The Milky Way serves as a celestial pathway between two telescopes in a stunning image from Chile's Atacama Desert.
The telescopes are part of La Silla Observatory, a facility of the European Southern Observatory that has been in operation since the 1960s. "Here, ESO operates two of the most productive 4-metre class telescopes in the world," observatory officials wrote on their website (opens in new tab).
At right is the ESO 3.6-metre telescope, which hosts the High Accuracy Radial velocity Planet Searcher (HARPS) program that is best known for hunting down exoplanets. Also under that dome is the Coudé Auxiliary Telescope, which is decommissioned.
If you follow the Milky Way's band of stars to the left, you'll spot the dome of the Swedish–ESO Submillimetre Telescope, which was decommissioned following decades of observing objects in radio waves. (Not visible is the other large telescope in operation at the site, which is the 3.58-metre New Technology Telescope.)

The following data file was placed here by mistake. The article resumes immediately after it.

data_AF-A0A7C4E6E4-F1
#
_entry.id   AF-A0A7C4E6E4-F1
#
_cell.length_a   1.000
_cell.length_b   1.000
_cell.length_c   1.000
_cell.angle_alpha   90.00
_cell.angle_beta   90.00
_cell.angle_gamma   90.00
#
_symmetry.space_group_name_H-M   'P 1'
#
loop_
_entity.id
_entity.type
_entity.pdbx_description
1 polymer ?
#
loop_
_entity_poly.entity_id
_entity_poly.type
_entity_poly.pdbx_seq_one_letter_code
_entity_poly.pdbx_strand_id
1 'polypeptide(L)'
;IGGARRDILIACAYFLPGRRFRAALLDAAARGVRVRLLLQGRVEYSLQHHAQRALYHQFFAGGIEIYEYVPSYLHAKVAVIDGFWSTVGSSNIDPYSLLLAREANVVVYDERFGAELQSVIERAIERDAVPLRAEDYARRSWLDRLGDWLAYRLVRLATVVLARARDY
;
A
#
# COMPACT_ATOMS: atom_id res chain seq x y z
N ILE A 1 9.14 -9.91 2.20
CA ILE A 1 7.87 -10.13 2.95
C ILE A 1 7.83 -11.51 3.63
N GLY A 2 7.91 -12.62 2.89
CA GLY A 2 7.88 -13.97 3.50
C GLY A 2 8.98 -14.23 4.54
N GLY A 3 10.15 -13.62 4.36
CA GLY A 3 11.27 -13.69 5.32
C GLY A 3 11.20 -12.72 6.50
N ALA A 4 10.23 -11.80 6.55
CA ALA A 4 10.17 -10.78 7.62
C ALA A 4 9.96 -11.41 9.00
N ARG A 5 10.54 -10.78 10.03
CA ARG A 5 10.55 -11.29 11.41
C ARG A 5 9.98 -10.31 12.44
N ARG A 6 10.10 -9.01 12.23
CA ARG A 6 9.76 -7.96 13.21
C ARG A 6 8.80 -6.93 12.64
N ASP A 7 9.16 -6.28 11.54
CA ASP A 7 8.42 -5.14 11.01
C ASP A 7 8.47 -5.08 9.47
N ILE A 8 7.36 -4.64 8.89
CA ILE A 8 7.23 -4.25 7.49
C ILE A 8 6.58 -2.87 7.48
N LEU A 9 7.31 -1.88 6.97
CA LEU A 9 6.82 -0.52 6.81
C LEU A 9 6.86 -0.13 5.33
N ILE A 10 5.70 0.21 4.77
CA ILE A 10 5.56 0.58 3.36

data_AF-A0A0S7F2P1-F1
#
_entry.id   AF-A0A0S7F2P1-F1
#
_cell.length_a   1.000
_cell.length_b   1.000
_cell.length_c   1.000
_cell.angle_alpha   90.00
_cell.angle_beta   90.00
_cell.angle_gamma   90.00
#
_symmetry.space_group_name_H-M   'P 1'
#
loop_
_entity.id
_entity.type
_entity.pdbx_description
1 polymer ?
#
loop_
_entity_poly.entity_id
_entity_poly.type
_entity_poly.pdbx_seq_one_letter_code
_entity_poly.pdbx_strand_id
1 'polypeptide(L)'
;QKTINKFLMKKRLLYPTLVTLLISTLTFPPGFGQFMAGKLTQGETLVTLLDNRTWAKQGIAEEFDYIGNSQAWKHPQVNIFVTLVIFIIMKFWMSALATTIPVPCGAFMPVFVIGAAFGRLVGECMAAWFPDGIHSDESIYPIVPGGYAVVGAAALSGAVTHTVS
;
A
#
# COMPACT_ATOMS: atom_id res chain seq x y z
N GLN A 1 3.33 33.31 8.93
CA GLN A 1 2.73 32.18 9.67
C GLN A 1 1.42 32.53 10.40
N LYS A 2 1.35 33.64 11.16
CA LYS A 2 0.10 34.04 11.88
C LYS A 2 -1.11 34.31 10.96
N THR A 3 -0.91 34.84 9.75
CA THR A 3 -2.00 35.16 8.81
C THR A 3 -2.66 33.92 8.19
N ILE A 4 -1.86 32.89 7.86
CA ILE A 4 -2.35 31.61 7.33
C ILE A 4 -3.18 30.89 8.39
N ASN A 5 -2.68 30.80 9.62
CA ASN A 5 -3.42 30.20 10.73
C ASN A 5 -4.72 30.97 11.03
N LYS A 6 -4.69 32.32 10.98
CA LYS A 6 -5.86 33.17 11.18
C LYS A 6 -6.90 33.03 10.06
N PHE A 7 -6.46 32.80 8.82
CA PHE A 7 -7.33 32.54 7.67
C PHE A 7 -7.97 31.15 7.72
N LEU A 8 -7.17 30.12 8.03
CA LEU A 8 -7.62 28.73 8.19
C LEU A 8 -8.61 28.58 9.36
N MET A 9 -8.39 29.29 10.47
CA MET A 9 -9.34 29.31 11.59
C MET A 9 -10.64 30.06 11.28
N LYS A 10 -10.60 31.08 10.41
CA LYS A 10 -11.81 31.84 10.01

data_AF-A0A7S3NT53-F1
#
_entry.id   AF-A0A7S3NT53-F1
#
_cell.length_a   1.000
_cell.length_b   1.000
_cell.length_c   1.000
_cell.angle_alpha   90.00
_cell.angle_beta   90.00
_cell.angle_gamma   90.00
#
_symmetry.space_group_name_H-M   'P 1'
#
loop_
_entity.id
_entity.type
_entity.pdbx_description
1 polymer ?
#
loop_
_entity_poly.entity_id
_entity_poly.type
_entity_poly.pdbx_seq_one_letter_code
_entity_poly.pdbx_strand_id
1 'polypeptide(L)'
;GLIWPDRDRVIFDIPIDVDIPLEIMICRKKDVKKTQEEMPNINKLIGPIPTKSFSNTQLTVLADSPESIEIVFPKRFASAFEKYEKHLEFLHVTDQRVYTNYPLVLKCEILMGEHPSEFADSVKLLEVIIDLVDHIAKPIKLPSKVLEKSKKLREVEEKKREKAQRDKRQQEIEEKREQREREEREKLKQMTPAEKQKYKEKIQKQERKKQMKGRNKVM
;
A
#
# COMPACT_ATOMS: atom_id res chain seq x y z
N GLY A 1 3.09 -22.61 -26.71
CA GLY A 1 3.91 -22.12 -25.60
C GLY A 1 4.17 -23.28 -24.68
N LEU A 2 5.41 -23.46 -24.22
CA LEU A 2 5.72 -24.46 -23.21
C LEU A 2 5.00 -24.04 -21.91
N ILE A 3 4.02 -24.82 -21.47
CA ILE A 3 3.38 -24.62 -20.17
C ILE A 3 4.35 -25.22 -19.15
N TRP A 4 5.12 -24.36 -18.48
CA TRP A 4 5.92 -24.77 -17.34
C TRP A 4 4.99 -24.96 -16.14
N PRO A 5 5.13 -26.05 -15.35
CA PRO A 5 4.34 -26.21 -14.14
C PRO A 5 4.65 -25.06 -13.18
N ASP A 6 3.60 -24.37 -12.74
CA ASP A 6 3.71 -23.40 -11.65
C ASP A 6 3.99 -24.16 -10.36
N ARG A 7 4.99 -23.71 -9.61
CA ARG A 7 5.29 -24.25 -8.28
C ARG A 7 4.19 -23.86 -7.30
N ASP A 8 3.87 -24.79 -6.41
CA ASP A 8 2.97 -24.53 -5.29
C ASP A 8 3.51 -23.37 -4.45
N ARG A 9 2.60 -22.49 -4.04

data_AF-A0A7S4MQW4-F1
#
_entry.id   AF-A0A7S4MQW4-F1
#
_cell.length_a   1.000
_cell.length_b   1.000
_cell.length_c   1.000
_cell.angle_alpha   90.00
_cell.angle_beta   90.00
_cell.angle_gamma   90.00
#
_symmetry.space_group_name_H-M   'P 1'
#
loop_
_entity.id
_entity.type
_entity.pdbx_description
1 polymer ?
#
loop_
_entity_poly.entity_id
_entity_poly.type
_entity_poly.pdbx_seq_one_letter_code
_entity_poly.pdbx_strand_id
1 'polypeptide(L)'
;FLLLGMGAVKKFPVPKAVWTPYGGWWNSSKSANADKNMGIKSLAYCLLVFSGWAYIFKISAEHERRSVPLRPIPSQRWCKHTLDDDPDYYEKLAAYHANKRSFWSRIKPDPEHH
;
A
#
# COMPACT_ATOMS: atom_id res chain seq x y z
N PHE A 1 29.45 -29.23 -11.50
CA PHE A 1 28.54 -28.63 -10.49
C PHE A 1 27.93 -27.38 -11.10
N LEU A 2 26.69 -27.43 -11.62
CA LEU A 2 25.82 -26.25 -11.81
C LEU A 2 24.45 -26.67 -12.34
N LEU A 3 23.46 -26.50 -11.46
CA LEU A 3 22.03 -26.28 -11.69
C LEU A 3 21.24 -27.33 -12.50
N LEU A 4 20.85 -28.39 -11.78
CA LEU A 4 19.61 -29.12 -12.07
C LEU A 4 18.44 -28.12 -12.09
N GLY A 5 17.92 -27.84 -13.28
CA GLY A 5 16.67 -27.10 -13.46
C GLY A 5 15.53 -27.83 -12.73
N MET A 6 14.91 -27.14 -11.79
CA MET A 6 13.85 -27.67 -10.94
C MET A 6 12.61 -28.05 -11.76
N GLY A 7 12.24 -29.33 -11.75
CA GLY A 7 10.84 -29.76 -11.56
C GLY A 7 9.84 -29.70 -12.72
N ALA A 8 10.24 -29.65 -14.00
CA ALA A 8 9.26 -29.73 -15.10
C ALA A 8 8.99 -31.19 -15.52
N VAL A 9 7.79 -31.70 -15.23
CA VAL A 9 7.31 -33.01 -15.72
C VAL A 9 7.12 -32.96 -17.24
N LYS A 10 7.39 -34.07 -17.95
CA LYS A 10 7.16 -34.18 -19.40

ESO facility buildings and telescope enclosures just are visible in the foreground, according to the statement, and city lights shine through in the distance. "Although faint in absolute terms, [lights] can become noticeable over long exposures such as this one," ESO wrote.
If you look just left of center, though, you'll spot a more celestial source of light curving through the sky. Called the zodiacal light, this is a form of emission that happens when the sun scatters dust particles in the plane of our solar system, where the planets and most of our neighborhood moons orbit.